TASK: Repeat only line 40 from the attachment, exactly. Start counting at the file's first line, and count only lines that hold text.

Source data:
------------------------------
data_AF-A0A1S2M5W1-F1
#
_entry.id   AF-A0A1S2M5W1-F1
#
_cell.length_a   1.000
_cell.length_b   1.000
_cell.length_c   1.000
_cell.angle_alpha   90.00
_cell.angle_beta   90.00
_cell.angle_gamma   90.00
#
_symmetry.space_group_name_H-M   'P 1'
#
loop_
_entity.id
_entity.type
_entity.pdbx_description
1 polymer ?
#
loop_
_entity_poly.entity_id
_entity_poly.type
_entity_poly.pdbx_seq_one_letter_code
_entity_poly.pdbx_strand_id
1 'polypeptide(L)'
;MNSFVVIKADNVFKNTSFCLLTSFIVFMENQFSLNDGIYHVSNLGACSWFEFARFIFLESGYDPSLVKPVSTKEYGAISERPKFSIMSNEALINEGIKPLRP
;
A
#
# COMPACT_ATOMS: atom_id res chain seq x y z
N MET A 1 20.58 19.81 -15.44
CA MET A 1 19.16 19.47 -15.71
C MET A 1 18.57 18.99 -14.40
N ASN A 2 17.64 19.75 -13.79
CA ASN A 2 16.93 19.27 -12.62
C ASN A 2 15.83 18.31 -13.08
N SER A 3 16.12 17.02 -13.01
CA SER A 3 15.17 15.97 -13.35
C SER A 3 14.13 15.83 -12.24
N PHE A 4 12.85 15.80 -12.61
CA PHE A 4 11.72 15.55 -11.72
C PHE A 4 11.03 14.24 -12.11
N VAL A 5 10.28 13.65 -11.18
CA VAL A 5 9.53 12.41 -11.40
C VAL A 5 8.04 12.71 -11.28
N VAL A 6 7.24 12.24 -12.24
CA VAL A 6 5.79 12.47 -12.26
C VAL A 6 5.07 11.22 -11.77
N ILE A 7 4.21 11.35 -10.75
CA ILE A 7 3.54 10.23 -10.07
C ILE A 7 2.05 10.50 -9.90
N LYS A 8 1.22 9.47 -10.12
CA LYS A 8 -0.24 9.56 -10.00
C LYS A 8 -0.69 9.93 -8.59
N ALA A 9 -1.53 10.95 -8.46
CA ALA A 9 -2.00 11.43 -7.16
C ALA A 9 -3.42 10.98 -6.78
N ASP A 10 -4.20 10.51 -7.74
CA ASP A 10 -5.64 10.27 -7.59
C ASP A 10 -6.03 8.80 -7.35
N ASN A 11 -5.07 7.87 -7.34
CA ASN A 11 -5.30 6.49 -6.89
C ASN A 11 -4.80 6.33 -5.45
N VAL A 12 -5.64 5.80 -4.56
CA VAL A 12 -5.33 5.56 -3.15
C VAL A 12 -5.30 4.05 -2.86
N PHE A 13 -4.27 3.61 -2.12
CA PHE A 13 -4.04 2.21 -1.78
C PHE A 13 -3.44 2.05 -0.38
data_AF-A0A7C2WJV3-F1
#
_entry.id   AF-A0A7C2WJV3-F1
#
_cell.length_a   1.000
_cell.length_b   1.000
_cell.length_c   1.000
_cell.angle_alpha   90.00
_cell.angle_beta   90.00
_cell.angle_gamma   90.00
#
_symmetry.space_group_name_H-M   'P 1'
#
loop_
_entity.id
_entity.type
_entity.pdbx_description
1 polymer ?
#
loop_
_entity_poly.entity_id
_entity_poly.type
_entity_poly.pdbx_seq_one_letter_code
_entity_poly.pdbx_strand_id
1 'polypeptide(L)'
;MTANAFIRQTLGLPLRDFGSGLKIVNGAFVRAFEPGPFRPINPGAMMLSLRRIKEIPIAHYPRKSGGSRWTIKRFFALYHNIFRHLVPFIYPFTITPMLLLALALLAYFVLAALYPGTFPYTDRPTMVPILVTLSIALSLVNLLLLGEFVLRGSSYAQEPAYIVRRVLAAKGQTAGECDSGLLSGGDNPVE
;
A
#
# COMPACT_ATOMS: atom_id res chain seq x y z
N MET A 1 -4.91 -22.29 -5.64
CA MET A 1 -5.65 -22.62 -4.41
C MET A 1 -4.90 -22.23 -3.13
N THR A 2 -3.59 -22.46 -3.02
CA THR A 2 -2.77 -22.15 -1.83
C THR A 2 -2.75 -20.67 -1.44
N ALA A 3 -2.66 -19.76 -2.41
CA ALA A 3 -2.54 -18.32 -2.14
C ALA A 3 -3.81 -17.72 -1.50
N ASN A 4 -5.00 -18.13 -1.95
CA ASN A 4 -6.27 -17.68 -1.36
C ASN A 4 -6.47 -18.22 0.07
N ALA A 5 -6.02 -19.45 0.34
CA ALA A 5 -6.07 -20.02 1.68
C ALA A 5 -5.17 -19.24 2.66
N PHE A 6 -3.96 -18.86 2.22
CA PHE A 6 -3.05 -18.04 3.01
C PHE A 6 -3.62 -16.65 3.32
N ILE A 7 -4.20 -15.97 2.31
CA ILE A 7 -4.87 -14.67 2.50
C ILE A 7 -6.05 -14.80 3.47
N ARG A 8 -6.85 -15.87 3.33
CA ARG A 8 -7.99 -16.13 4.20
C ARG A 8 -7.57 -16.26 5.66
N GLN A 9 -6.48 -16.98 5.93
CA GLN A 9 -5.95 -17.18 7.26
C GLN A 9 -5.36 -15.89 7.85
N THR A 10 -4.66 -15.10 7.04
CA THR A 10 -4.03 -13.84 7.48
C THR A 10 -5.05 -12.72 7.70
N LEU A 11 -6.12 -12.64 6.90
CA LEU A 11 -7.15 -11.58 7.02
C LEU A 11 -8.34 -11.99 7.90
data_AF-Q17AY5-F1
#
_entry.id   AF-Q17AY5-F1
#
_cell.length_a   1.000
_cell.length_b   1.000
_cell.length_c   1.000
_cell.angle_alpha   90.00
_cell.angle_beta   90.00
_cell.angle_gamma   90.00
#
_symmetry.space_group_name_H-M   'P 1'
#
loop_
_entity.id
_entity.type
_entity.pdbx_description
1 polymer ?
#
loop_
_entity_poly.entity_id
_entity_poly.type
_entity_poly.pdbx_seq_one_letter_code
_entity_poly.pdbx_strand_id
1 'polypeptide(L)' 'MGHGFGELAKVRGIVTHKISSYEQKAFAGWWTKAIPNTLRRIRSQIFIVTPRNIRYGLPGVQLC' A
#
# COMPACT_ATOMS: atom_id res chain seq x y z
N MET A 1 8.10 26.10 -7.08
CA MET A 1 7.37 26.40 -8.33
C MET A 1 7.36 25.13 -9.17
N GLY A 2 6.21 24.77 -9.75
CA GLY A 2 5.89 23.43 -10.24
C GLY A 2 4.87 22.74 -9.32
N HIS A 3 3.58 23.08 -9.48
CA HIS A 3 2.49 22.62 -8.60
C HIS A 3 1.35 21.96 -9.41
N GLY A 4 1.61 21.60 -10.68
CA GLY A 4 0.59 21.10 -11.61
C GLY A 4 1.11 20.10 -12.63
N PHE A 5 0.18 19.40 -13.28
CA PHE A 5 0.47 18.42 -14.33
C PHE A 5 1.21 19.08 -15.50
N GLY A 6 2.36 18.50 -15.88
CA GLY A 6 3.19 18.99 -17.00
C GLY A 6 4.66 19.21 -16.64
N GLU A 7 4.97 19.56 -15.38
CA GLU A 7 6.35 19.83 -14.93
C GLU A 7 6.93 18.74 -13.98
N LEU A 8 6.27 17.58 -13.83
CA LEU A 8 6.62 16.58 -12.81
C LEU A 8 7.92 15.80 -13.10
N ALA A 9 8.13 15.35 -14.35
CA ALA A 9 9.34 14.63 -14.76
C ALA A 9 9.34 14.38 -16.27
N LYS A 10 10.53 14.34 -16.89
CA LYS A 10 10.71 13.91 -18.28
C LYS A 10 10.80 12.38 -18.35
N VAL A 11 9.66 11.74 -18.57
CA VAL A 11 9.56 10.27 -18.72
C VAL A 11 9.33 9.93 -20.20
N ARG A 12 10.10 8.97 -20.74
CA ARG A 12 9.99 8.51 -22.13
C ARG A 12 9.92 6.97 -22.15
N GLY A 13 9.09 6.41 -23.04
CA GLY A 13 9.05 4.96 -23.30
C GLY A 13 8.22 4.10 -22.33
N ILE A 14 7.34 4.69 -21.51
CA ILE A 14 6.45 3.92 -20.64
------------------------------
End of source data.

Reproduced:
N PHE A 4 12.85 15.80 -12.61